Innovative Breast Reconstruction Uses Natural Tissues and Improves Quality of Life

  • 2000-03-02
  • Innovative Breast Reconstruction Uses Natural Tissues and Improves Quality of Life

Robert J. Allen, M.D., FACS

What price should a breast cancer patient pay to regain a normal body profile after surgery? According to Robert J. Allen, M.D., FACS, the price should not include unnecessary risks with her health and her quality of life. "A new and very safe alternative to artificial implants or traditional fat transfer is available," he says. "Per/orator flaps eliminate the possibility of rejection, implant breakdown and permanent muscle loss resulting from traditional procedures."

Dr. Allen is the inventor of the perforator flap procedures for breast reconstruction. "The benefits of the perforator flap procedures are dramatic," he says. "It uses the patient's own tissues and, unlike the traditional fat transfer method (TRAM), it does not require that muscle be removed from the donor site. As a result, the patient experiences no muscle function loss, no hernia formation, decreased postoperative pain and a shortened hospital stay. The main difference of the perforator flap is that a meticulous microvascular technique is required."

It is the microvascular technique that makes the perforator flap procedure a superior alternative to TRAM. In the early 1990s, Dr. Allen applied his creative talents to improving the older reconstructive procedures. "Since the breast mound is made up of skin and fat," Dr. Allen reasoned, "we should be able to reconstruct it with a flap made up only of skin and fat. But, because the blood vessel network that nourishes the flap comes up through muscles, conventional approaches removed muscle from the donor site as well."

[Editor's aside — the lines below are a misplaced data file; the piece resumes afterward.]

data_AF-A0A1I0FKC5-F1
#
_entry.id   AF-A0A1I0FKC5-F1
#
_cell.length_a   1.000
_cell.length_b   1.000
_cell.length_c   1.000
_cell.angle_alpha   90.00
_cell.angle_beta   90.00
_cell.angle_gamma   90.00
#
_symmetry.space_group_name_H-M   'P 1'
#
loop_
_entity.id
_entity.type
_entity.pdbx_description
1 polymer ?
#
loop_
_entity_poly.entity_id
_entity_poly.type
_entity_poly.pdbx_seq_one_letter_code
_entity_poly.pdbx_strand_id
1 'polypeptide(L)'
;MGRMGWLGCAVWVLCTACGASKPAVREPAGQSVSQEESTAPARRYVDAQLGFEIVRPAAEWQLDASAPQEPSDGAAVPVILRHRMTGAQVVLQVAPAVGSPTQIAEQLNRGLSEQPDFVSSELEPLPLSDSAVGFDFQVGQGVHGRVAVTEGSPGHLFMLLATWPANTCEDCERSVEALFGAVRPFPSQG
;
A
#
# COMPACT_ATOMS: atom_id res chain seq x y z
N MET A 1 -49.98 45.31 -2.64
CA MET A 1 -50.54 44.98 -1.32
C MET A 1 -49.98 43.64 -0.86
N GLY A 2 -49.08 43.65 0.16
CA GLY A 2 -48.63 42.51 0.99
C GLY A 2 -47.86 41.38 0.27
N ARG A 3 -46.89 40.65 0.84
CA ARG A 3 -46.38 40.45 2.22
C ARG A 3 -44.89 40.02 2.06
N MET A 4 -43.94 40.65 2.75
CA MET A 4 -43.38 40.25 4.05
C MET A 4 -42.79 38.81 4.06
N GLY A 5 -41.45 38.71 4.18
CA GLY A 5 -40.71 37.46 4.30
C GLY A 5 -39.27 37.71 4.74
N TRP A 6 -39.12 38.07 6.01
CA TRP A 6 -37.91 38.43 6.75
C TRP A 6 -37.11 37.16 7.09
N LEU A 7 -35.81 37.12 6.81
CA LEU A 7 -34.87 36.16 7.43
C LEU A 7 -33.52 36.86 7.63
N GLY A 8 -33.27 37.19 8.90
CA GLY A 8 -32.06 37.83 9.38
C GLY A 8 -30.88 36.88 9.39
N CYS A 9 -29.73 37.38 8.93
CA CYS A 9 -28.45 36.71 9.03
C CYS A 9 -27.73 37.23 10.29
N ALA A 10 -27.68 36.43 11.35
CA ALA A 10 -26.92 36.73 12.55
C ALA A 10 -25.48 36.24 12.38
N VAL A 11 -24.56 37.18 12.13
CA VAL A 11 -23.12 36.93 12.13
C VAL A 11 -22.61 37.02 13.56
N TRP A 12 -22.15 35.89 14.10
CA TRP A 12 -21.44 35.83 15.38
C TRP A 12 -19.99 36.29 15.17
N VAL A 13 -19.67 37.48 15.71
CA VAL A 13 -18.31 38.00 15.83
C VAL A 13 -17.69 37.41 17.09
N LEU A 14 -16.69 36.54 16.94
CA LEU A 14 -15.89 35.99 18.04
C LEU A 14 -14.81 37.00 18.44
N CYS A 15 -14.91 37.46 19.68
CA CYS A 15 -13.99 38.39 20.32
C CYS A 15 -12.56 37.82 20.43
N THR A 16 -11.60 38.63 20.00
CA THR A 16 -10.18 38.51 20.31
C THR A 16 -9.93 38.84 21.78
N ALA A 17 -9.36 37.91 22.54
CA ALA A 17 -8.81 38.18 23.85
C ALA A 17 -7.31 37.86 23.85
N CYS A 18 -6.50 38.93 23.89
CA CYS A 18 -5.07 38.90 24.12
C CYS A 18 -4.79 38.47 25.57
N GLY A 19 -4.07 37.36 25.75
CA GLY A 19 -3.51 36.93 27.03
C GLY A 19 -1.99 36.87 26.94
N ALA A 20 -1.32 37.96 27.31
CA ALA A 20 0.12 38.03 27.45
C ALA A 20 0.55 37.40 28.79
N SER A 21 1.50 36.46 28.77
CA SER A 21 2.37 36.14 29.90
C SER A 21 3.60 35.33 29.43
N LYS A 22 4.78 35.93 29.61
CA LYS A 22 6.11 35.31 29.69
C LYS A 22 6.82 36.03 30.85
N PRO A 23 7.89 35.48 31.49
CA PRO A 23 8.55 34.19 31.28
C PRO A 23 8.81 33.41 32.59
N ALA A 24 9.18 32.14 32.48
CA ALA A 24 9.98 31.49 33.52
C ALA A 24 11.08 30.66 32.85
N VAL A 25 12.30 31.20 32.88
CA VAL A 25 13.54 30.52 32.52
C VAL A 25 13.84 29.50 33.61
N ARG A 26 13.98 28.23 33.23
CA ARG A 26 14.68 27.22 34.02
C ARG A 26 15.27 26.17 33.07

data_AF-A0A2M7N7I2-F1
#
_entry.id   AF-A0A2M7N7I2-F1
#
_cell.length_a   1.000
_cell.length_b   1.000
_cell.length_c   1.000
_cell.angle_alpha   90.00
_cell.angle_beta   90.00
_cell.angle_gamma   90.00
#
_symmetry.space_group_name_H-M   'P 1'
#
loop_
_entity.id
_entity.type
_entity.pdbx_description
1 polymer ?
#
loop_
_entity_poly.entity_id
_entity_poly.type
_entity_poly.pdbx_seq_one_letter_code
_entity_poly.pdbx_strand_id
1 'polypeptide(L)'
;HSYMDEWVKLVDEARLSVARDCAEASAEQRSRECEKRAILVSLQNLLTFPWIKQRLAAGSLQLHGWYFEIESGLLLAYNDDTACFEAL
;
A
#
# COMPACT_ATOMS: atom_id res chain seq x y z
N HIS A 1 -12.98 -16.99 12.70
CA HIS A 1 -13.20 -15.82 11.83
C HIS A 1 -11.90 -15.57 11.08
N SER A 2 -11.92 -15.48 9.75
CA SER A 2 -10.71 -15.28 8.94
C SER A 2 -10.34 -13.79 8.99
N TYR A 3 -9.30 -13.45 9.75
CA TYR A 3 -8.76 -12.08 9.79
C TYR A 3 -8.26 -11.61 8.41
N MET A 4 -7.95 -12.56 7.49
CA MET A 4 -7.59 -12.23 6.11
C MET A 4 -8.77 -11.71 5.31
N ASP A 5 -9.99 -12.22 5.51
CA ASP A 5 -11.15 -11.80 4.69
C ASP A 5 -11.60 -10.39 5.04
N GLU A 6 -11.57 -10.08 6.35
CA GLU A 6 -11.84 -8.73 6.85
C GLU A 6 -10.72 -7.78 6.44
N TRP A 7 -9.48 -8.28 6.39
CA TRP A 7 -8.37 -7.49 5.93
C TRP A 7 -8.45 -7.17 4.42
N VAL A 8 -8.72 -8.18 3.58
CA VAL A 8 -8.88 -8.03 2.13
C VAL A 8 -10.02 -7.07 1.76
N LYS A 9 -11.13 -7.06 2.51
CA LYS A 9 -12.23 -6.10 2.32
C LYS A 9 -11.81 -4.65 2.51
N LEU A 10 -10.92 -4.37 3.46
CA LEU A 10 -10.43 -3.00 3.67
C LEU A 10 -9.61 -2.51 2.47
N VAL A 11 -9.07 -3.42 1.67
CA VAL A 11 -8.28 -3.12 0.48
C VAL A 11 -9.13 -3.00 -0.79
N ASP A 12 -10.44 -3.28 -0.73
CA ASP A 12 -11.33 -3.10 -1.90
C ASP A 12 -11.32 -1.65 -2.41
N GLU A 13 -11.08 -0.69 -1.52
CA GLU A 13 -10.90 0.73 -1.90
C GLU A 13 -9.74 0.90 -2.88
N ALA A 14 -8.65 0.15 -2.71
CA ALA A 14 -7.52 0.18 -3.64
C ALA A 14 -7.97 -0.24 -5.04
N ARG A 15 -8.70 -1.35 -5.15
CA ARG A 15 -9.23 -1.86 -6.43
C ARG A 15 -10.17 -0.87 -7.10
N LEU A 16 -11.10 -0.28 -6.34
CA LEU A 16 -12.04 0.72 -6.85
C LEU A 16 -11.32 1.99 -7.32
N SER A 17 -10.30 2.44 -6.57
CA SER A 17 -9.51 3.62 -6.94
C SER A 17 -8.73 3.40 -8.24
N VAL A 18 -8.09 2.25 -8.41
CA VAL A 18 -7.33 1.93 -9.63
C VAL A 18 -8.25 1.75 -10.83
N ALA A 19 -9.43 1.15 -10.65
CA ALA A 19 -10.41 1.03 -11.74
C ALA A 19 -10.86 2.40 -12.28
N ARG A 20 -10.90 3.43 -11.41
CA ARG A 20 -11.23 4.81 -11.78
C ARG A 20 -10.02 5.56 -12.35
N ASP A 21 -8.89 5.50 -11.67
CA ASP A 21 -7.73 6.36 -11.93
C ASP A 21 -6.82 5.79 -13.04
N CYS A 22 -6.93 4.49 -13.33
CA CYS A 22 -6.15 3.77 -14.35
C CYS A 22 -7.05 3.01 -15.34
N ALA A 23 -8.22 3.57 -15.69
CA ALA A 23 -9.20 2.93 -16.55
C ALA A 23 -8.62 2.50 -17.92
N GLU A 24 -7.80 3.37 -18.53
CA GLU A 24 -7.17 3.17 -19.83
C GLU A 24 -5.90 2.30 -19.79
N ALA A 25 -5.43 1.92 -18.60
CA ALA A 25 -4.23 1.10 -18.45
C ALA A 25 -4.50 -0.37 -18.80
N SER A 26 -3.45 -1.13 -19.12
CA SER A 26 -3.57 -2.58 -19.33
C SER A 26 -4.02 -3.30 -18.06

He found that certain blood vessels, called perforators, could be freed without causing long-term damage to the muscle. "The procedure is intricate and time consuming but the results are extraordinary," reports Dr. Allen who has performed hundreds of these procedures with a 99.5 percent success rate.

The perforator flaps can be donated from a number of sites on the body: the lower abdomen, the upper buttock, the lower buttock, the back, and the lateral thigh. The lower abdomen is the more common choice, resulting in a tummy tuck as well as breast reconstruction (DIEP flap).

"The perforator flap is an amazingly positive thing we can do for the breast cancer patient," says Dr. Allen. "It allows her to return to her usual style of life, feeling attractive and confident in day and evening clothes, swimsuits, and lingerie, often with an even better figure than she had before. And the physical price she pays for the procedure? A scar that fades over time."

Breast replacement therapy can be performed during the breast removal surgery or at a later date. It doesn't matter what kind of mastectomy the patient has had, or what kind of scar was left behind. Breast reconstruction can begin even if considerable time has passed since the initial surgery.

For further information, visit or contact Dr. Allen's office at 4429 Clara Street, Suite 440, New Orleans, La., 70115, phone 504-894-2900, or 888-890-DIEP (3437).

Good Housekeeping Volume 230, Number 3, March 2000

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